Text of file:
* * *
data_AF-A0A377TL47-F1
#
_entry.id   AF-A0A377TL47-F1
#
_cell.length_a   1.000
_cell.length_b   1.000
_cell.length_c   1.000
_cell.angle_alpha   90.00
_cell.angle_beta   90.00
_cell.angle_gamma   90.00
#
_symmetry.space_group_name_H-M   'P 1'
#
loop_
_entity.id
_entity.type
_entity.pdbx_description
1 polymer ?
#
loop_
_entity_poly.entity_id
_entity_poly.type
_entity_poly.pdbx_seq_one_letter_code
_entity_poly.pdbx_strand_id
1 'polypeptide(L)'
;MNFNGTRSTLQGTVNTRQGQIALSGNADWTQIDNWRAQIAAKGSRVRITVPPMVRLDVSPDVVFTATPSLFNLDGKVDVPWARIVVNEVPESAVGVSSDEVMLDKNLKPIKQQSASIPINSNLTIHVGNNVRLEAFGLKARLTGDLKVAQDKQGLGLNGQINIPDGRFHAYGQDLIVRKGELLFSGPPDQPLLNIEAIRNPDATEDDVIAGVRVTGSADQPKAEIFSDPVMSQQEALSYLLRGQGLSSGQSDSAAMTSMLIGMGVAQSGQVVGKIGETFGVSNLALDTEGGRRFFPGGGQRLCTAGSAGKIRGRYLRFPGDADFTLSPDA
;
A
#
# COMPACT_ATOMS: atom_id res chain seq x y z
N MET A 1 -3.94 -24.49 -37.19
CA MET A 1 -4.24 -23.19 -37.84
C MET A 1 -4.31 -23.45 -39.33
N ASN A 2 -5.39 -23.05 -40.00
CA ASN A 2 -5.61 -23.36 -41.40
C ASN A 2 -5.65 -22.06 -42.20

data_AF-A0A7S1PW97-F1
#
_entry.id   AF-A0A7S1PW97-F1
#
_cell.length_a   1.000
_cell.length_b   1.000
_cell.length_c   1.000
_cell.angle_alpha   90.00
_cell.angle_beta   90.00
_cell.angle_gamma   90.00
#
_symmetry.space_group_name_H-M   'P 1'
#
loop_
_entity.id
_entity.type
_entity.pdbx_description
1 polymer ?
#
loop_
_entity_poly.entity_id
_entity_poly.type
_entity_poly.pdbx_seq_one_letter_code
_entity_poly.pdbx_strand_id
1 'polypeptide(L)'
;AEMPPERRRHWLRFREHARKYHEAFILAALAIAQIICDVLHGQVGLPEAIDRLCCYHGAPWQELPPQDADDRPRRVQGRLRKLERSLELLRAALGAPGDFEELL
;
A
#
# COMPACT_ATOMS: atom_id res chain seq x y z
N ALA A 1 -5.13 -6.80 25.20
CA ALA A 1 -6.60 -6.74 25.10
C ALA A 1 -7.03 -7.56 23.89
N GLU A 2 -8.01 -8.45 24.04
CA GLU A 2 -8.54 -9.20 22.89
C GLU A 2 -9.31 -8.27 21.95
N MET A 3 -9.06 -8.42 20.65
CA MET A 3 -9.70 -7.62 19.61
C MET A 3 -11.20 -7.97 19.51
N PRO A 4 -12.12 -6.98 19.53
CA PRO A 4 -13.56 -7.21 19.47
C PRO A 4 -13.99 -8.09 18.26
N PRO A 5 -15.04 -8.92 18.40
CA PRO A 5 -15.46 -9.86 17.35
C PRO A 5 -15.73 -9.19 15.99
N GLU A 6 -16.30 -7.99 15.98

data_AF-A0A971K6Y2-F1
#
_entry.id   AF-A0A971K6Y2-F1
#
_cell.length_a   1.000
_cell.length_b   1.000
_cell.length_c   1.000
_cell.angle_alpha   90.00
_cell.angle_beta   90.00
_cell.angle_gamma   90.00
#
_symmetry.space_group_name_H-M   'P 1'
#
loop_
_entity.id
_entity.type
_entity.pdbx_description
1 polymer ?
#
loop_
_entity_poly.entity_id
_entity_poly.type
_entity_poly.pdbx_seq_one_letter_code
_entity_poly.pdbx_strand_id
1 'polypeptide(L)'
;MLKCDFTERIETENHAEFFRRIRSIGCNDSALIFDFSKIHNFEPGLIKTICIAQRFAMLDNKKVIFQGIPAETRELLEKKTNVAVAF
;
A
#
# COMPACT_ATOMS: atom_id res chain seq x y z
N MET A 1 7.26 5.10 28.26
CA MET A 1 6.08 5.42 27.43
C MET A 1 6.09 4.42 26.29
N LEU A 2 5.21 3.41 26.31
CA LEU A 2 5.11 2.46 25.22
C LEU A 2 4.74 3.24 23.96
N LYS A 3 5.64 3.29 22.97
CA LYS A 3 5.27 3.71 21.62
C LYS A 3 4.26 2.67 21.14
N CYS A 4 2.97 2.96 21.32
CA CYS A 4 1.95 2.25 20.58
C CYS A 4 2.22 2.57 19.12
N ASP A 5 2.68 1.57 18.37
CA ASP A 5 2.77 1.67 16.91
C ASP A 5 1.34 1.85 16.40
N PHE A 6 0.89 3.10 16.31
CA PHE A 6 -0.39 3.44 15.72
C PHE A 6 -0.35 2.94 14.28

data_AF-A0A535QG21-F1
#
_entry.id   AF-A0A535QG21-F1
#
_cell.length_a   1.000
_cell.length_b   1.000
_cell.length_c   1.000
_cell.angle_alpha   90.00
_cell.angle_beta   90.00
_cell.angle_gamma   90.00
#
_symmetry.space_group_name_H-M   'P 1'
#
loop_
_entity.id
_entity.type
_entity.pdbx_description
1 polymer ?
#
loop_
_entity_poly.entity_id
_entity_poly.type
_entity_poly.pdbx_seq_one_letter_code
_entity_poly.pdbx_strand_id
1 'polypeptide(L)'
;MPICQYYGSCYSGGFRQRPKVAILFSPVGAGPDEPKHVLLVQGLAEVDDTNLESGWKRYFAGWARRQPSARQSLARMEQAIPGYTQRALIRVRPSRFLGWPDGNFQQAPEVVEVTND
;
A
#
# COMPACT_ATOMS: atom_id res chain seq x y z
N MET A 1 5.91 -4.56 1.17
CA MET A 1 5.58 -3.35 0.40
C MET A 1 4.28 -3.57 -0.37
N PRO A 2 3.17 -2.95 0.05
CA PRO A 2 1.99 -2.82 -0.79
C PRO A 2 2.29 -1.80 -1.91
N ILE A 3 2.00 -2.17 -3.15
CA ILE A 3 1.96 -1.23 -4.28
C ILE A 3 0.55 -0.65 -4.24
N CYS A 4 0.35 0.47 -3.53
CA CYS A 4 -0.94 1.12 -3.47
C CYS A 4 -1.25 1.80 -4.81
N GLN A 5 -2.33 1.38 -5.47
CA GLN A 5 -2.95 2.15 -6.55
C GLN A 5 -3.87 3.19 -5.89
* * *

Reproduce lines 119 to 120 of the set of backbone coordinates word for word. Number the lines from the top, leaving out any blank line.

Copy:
N LYS A 3 5.64 3.29 22.97
CA LYS A 3 5.27 3.71 21.62